A window displaying order pickers at work, a reception area for picking up fresh products… Mon-marché.fr, the home delivery service created by the primeurs division of Grand Frais stores, opened on Tuesday in Puteaux ( Hauts-de-Sena) a delivery site, far from the “dark stores” that have generated controversy in recent months.
Criticized by many elected, mainly Parisians, the “dark stores”, these warehouses where everyday products ordered over the internet are stored and delivered in a few minutes at home, are operated by “fast trade” companies – Getir, Flink, Gorillas or Cajoo.
They are accused, inordinately, of favoring the arrival of “warehouse cities”, of bothering local residents, or even of exploiting the “lazy economy”.
But home delivery of food products is identified as a real need for many consumers, and more and more players are trying to meet it.
“Mon-marché.fr” is one of them. Like the “Grand Frais” brand, which has 278 stores in France, it has positioned itself in fresh products, offering delivery of around “2,000 fresh and groceries”, tomato, cheese, meat or squid.
Where “quick traders” aim for emergency purchases, fresh produce is more intended to be cooked with a more upscale global offering than traditional mass distribution that targets families or older consumers.
“It’s not the same job,” says Carlos Pichel, director of innovation at Prosol, Grand Frais’s fruit, vegetable, fish and dairy division.
This does not reveal the average basket or turnover for this site. But in June, the co-founder of online food trading site La Belle Vie, Paul Le, who places himself in a similar niche, told AFP to register average baskets of 80 euros, against around 20 for “fast traders”.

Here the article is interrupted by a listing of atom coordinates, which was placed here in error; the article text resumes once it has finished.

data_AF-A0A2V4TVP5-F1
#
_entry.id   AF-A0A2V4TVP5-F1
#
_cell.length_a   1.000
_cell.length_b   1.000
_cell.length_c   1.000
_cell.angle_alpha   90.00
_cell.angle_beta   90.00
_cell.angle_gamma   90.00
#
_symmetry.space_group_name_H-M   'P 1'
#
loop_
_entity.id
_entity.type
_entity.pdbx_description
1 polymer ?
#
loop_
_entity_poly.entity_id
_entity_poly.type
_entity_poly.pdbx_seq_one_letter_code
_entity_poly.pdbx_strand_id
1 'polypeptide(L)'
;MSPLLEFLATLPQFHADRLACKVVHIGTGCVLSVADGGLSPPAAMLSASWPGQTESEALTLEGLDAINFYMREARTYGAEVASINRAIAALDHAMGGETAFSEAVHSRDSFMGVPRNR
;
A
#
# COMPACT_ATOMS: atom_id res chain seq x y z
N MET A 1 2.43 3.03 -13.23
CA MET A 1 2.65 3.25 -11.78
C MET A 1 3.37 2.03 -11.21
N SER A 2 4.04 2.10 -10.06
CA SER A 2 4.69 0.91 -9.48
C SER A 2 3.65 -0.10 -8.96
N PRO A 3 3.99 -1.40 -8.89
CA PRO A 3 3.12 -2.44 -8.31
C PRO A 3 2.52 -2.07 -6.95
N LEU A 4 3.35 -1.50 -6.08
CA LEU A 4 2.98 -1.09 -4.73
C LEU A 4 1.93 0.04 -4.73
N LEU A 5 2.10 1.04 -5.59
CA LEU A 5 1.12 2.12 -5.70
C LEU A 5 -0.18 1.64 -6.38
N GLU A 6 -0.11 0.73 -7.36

However, the higher the order value, the more it amortizes its preparation and delivery, activities that are time-consuming and, therefore, costly for companies.
– Car parks and old garage –
Present in Ile-de-France since March 2020, “mon-marché.fr” differs from the fast merchants who have installed their delivery warehouses in commercial establishments, which is contrary to the urban planning code.
The site partnered with Indigo, the former Vinci Park, which sought to convert part of its parking spaces left vacant by reducing car traffic in the capital.
His “taste HQ”, inaugurated on Tuesday in Puteaux, occupies an old garage to allow customers to “discover the backstage of the preparation of their orders with total transparency”, according to Carlos Pichel.
Large windows allow you to see the 25 order pickers busy around the fresh produce from the street, then the plastic crates to be transported on conveyor belts to the refrigerated cabinets where the 35 bicycle couriers collect them. And some tables and armchairs are also provided for customers who prefer to pick up their order.
For his first order this Sunday, Michael had fish, cheese, fruit and vegetables delivered for just over 40 euros. Residing near Nation, east of Paris, the 30-year-old man who does not wish to be identified has just been delivered by another Mon-marché.fr warehouse located in Vincennes.
Verdict from new customer: “seems cheaper to me than in store, arrived in good time, at 6:20 pm for an order placed at 4:30 pm, and the tomatoes appear to be in good condition”.
The brand, which currently delivers in central Paris and in some suburban cities such as Boulogne-Billancourt, Puteaux, Suresnes, Vincennes or Saint-Mandé, “hopes” to be able to supply all Parisian neighborhoods by the end of 2023, according to Carlos Pichel.
Since 2017, Prosol has been majority-owned by the Ardian investment fund, as well as by its founder Denis Dumont, a Lyon-based businessman residing in Switzerland. The entity claims more than two billion euros in revenue for the 2021 financial year.